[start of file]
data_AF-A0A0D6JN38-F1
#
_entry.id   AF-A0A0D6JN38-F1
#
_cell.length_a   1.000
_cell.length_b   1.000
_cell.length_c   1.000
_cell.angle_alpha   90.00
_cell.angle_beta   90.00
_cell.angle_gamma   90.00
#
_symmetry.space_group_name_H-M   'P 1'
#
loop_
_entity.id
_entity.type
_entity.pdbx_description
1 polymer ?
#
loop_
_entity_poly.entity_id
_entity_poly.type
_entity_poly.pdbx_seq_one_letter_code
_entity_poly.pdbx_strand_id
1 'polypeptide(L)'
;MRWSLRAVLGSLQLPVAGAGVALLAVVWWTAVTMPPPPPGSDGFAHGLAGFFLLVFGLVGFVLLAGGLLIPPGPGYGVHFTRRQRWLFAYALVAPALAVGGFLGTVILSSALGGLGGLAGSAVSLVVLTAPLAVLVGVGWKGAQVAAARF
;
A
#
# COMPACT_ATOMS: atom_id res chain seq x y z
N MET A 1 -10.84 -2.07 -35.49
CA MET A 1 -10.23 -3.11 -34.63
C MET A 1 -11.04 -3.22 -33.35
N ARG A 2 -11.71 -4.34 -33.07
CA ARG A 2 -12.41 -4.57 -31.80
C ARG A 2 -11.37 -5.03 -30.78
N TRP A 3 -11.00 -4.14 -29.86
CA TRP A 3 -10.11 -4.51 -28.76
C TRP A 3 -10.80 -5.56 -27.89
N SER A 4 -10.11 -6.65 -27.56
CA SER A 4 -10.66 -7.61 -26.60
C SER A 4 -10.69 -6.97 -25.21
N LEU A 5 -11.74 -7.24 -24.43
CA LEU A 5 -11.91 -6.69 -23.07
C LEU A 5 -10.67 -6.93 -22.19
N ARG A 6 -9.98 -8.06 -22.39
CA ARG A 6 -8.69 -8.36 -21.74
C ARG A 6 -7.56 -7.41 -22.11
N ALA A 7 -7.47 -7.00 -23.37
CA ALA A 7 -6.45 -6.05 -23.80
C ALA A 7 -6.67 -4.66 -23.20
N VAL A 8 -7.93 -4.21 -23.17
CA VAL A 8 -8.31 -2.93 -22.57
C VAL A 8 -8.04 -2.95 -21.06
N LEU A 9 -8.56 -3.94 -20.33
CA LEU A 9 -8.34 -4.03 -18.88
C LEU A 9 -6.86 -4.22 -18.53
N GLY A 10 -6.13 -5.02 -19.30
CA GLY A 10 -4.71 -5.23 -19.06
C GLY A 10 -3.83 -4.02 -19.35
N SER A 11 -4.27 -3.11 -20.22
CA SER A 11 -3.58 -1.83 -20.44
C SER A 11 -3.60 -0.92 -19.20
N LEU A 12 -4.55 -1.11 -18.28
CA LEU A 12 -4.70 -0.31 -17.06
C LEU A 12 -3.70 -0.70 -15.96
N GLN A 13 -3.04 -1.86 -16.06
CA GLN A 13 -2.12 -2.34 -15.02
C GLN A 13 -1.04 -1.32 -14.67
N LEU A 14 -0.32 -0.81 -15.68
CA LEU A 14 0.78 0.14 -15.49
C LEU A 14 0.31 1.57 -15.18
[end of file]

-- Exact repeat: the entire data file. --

data_AF-A0A0D6JN38-F1
#
_entry.id   AF-A0A0D6JN38-F1
#
_cell.length_a   1.000
_cell.length_b   1.000
_cell.length_c   1.000
_cell.angle_alpha   90.00
_cell.angle_beta   90.00
_cell.angle_gamma   90.00
#
_symmetry.space_group_name_H-M   'P 1'
#
loop_
_entity.id
_entity.type
_entity.pdbx_description
1 polymer ?
#
loop_
_entity_poly.entity_id
_entity_poly.type
_entity_poly.pdbx_seq_one_letter_code
_entity_poly.pdbx_strand_id
1 'polypeptide(L)'
;MRWSLRAVLGSLQLPVAGAGVALLAVVWWTAVTMPPPPPGSDGFAHGLAGFFLLVFGLVGFVLLAGGLLIPPGPGYGVHFTRRQRWLFAYALVAPALAVGGFLGTVILSSALGGLGGLAGSAVSLVVLTAPLAVLVGVGWKGAQVAAARF
;
A
#
# COMPACT_ATOMS: atom_id res chain seq x y z
N MET A 1 -10.84 -2.07 -35.49
CA MET A 1 -10.23 -3.11 -34.63
C MET A 1 -11.04 -3.22 -33.35
N ARG A 2 -11.71 -4.34 -33.07
CA ARG A 2 -12.41 -4.57 -31.80
C ARG A 2 -11.37 -5.03 -30.78
N TRP A 3 -11.00 -4.14 -29.86
CA TRP A 3 -10.11 -4.51 -28.76
C TRP A 3 -10.80 -5.56 -27.89
N SER A 4 -10.11 -6.65 -27.56
CA SER A 4 -10.66 -7.61 -26.60
C SER A 4 -10.69 -6.97 -25.21
N LEU A 5 -11.74 -7.24 -24.43
CA LEU A 5 -11.91 -6.69 -23.07
C LEU A 5 -10.67 -6.93 -22.19
N ARG A 6 -9.98 -8.06 -22.39
CA ARG A 6 -8.69 -8.36 -21.74
C ARG A 6 -7.56 -7.41 -22.11
N ALA A 7 -7.47 -7.00 -23.37
CA ALA A 7 -6.45 -6.05 -23.80
C ALA A 7 -6.67 -4.66 -23.20
N VAL A 8 -7.93 -4.21 -23.17
CA VAL A 8 -8.31 -2.93 -22.57
C VAL A 8 -8.04 -2.95 -21.06
N LEU A 9 -8.56 -3.94 -20.33
CA LEU A 9 -8.34 -4.03 -18.88
C LEU A 9 -6.86 -4.22 -18.53
N GLY A 10 -6.13 -5.02 -19.30
CA GLY A 10 -4.71 -5.23 -19.06
C GLY A 10 -3.83 -4.02 -19.35
N SER A 11 -4.27 -3.11 -20.22
CA SER A 11 -3.58 -1.83 -20.44
C SER A 11 -3.60 -0.92 -19.20
N LEU A 12 -4.55 -1.11 -18.28
CA LEU A 12 -4.70 -0.31 -17.06
C LEU A 12 -3.70 -0.70 -15.96
N GLN A 13 -3.04 -1.86 -16.06
CA GLN A 13 -2.12 -2.34 -15.02
C GLN A 13 -1.04 -1.32 -14.67
N LEU A 14 -0.32 -0.81 -15.68
CA LEU A 14 0.78 0.14 -15.49
C LEU A 14 0.31 1.57 -15.18